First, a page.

The new CSP exam is not supposed to be so language-dependent, which may allow for better pedagogy. Of course, I’m curious how the exam will be written to be language-independent, and whether it will be able to make any meaningful measurements of what the students have learned.

The plan is to use a portfolio approach, like what’s being used in art AP exams now. I really don’t know if it’ll work. I trust that the people working on it, but do see it as an unsolved problem.

I don’t share the Gas Station concern about “Gresham’s Law for pedagogy” (which I’d not heard of previously):

I suspect that the easier AP CSP will replace AP CS A at many high schools, and that CS A will disappear the way that CS AB did in May 2009 (Gresham’s Law for pedagogy: easier courses drive out harder ones).  Whether this is a good or bad outcome depends on how good the AP CSP course turns out to be.

The fact that there already are CS:P-like courses on many campuses, co-existing with CS1’s (intro CS for majors) is evidence that easier courses don’t always drive out harder ones. On our campus, we offer three CS1’s. The MediaComp course would probably be easier for Engineering students than the challenging MATLAB-based on that they currently require, but the Engineering faculty have not been eager to swap it out. The existence of “Physics for Poets” and Calculus aimed at different kinds of students is more evidence that Gresham’s Law doesn’t always hold for classes.

There are lots of challenges to CS:P. AP CS Level A is doing better these days, and I’m glad for that. I want both to succeed. I want a lot of CS in lots high schools. Will the new AP CS:P lead to more CS majors and more people in computing careers? I don’t know — I think so, but I’m not really worried about it. I believe in “computing for everyone” and that lots of people (even non-IT professionals) need to know more about computer science, so having more access to computing education in more schools is a positive end-goal for me.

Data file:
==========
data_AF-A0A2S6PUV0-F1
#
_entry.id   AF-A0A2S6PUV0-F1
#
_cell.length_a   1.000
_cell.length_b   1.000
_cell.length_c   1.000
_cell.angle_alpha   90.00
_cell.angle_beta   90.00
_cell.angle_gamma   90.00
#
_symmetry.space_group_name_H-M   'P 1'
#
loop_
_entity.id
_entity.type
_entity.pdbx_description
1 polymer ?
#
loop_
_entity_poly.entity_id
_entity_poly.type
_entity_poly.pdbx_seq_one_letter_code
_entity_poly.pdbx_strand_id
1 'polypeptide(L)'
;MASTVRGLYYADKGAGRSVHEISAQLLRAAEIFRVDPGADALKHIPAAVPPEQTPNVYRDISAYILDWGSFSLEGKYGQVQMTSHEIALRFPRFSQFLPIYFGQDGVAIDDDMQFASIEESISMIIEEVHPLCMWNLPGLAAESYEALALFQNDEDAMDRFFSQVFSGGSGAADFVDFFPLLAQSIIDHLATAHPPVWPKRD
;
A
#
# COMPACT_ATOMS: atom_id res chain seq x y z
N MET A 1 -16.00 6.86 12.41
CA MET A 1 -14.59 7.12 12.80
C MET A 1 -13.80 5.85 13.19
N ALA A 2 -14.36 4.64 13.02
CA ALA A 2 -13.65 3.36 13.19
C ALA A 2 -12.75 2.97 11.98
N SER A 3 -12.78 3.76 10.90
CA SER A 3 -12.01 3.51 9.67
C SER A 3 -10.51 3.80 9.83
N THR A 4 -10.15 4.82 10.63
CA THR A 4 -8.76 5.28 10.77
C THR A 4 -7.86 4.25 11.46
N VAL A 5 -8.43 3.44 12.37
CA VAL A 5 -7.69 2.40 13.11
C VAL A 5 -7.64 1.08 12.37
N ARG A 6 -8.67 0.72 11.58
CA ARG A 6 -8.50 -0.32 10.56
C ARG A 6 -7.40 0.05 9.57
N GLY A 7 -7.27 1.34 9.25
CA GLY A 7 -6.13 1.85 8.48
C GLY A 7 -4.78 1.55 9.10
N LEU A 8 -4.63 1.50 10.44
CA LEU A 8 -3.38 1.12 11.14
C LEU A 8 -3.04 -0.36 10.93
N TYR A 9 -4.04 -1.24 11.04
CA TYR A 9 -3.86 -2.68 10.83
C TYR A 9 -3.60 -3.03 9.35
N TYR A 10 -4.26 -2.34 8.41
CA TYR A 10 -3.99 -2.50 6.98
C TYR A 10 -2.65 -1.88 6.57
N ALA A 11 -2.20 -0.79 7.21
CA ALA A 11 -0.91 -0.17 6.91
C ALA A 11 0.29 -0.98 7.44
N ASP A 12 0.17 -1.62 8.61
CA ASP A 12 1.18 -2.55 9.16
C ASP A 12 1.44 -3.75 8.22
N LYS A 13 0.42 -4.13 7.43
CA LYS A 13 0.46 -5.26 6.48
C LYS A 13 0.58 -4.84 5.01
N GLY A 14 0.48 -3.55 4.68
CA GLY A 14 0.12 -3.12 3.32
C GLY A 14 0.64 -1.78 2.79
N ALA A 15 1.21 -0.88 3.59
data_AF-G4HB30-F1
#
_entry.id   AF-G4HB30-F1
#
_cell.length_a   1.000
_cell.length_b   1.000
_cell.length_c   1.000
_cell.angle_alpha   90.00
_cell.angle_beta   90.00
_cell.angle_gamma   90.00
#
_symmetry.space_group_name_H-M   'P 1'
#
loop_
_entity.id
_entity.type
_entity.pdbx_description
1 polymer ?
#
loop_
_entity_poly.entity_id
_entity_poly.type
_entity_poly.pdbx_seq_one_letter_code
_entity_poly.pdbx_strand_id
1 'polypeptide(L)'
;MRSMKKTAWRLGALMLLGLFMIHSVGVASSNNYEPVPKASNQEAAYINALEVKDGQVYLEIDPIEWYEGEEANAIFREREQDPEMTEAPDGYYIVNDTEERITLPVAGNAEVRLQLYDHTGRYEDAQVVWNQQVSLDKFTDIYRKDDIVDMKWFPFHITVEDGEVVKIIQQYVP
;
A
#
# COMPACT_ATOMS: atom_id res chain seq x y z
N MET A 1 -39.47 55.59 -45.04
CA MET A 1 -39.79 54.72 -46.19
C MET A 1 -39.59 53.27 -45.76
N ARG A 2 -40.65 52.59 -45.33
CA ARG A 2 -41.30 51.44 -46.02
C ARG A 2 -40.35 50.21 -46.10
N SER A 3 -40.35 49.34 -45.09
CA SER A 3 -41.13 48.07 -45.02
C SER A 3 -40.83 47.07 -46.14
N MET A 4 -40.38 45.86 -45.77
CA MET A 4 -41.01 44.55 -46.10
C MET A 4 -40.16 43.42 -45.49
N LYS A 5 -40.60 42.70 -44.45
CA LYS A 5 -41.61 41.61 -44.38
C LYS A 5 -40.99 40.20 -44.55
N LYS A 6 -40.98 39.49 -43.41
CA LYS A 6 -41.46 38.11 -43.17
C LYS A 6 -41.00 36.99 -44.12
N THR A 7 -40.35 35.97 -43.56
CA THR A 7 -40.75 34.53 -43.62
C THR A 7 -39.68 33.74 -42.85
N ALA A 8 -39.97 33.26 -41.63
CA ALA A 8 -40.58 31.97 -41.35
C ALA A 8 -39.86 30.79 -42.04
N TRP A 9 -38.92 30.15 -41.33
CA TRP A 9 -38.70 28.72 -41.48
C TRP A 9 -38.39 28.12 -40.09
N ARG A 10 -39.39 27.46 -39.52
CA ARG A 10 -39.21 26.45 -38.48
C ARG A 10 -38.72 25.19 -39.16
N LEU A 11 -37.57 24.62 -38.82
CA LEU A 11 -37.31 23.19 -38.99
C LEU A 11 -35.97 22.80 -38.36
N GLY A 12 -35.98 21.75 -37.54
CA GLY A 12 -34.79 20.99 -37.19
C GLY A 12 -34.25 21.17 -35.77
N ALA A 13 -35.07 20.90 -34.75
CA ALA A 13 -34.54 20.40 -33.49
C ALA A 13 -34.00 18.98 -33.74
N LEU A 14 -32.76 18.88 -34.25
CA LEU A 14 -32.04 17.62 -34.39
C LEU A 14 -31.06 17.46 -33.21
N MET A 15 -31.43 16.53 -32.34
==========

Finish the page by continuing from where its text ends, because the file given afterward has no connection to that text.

June 28, 2013 at 1:57 am 23 comments

Zydeco: Supporting Cross-Context Inquiry in Formal and Informal Settings

In a sense, what Chris Quintana is doing here is a connectivist MOOC, but one where the student is guided via software-realized scaffolding through a self-study on a topic of their own interest.  It’s an interesting idea, to help students organize a wide variety of learning opportunities in support of inquiry learning.

We aim to support cross-context inquiry that spans formal and informal settings by developing Zydeco Sci-To-Go, a system integrating mobile devices and cloud technologies for middle school science inquiry. Zydeco enables teachers and students to create science investigations by defining goals, questions, and “labels” to annotate, organize, and reflect on multimodal data e.g., photos, videos, audio, text that they collect in museums, parks, home, etc. As students collect this information, it is stored in the cloud so that students and teachers can access that annotated information later and use it with Zydeco tools to develop a scientific explanation addressing the question they are investigating.

via Zydeco | Mobile Devices for Cross-Context Inquiry in Formal and Informal Settings.

June 28, 2013 at 1:21 am Leave a comment

Even for Experts! What Makes Code Hard to Understand?

When I visited Indiana earlier this year, I got a chance to meet with Rob Goldstone who told me about these fascinating results that Michael Hansen describes in the blog post linked below — that adding two blank lines to a Python program (which has no change to execution) significantly changes how programmers understand the code.  Are his participants getting confused, because spacing matters horizontally in Python but not vertically?